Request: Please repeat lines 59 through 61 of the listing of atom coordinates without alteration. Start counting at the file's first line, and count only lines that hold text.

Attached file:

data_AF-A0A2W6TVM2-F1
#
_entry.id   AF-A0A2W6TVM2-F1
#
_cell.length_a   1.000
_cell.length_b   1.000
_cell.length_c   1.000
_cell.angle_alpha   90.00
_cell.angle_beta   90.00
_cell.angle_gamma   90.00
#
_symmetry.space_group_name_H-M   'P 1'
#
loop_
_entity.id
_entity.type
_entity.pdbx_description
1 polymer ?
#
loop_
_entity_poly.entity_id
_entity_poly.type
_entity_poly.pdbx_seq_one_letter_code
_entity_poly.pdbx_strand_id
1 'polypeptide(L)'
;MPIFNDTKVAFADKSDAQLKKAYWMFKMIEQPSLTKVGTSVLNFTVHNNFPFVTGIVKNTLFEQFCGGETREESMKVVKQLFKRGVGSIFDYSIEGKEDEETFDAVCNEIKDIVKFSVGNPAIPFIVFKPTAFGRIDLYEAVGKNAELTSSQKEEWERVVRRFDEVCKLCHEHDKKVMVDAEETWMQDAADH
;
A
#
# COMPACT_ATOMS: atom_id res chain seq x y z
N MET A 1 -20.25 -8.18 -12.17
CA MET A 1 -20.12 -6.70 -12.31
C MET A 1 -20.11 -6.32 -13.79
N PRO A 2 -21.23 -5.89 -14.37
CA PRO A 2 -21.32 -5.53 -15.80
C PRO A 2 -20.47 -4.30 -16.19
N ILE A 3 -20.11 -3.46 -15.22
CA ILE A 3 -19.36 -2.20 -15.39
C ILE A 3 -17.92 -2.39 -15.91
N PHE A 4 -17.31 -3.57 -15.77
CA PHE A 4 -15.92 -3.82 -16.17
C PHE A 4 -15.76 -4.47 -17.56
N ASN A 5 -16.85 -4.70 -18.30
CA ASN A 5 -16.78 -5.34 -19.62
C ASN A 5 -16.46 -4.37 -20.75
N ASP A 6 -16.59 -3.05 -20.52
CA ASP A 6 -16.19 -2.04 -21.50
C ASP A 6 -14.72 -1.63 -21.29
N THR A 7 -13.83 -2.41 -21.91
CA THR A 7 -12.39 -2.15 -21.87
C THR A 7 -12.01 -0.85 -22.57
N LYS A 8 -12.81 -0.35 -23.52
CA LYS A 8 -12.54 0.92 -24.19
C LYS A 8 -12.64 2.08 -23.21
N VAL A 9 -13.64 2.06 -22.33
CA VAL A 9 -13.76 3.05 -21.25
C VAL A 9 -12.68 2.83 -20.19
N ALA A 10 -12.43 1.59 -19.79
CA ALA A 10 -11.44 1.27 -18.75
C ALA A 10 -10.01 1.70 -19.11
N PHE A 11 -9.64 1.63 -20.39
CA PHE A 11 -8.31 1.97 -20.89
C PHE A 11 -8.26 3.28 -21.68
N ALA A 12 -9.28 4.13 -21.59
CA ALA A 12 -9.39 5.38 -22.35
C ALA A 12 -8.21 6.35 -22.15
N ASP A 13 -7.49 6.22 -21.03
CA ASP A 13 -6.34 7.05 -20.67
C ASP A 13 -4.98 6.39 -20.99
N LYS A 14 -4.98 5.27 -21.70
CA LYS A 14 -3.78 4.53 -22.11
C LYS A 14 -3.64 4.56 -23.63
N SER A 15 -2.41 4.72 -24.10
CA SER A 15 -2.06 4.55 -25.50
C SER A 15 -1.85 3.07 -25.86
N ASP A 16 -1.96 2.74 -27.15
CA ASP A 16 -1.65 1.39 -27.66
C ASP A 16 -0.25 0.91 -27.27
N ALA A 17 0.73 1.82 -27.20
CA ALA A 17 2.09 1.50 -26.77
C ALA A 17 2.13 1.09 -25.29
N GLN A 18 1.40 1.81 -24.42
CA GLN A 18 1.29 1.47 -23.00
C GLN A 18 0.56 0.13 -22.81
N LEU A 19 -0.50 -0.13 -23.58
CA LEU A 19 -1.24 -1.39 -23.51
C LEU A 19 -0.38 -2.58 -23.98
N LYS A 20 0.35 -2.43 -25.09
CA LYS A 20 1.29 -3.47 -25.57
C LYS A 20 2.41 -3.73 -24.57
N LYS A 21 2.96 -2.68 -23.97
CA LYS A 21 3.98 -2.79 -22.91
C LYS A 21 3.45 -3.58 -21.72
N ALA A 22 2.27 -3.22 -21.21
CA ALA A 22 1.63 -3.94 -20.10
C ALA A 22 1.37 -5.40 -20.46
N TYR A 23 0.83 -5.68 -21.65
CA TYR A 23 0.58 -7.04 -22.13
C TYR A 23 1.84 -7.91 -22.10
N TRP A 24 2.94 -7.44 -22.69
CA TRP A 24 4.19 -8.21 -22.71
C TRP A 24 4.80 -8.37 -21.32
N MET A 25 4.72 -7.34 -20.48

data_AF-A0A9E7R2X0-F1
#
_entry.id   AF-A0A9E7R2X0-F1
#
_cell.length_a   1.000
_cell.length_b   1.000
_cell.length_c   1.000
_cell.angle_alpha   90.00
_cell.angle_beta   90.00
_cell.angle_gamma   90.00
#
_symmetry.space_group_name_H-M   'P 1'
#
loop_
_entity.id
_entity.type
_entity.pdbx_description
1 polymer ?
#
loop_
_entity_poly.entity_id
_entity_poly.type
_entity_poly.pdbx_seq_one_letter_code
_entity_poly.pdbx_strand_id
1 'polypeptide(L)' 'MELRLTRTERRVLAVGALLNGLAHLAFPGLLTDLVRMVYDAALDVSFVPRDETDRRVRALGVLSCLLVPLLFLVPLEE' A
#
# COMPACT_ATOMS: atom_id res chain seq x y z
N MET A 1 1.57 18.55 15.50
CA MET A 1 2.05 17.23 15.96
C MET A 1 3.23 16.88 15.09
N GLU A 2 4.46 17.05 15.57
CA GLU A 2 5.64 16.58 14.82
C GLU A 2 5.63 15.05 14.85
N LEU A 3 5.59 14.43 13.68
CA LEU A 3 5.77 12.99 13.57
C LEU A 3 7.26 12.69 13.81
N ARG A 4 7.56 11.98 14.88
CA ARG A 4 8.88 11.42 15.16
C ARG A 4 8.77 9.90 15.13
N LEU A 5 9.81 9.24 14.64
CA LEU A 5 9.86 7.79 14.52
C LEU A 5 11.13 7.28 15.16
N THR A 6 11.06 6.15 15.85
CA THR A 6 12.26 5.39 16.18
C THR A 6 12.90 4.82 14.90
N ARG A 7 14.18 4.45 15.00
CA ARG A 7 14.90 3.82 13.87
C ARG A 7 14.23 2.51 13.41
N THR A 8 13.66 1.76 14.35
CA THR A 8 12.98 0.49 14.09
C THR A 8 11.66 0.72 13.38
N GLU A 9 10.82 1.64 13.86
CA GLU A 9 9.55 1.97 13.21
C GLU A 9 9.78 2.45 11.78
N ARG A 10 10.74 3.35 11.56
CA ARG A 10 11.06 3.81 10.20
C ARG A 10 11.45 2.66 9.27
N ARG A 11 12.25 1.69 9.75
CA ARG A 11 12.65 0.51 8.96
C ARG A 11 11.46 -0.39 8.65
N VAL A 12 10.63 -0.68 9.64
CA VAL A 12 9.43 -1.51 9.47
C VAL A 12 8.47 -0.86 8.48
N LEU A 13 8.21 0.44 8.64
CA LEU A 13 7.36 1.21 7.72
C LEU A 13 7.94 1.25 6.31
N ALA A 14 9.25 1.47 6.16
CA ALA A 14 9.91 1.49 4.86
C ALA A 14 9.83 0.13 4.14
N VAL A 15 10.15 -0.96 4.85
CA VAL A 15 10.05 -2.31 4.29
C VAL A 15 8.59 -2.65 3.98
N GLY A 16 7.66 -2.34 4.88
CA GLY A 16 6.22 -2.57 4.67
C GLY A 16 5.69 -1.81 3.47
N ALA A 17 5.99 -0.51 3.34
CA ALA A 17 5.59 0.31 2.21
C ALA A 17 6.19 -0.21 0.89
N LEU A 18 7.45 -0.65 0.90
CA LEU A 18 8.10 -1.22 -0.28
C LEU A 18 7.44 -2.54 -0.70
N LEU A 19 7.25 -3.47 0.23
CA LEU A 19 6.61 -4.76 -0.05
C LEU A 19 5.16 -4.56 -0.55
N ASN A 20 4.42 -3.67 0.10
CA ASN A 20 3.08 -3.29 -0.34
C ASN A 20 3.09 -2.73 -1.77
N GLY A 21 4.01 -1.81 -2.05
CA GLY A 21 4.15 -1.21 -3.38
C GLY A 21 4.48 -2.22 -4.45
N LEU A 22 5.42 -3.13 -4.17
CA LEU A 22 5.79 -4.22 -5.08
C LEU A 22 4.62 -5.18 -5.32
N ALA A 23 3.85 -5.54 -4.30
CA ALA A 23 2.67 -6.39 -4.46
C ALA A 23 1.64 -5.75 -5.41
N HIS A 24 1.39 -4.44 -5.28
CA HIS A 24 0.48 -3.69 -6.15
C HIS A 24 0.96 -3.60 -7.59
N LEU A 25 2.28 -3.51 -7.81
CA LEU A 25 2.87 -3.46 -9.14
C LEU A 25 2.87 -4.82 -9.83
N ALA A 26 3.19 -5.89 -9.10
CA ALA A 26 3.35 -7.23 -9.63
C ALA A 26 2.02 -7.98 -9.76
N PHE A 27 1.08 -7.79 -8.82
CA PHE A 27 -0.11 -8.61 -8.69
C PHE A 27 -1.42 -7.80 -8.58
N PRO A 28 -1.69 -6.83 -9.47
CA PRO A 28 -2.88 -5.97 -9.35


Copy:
CA ALA A 10 -11.44 1.27 -18.75
C ALA A 10 -10.01 1.70 -19.11
N PHE A 11 -9.64 1.63 -20.39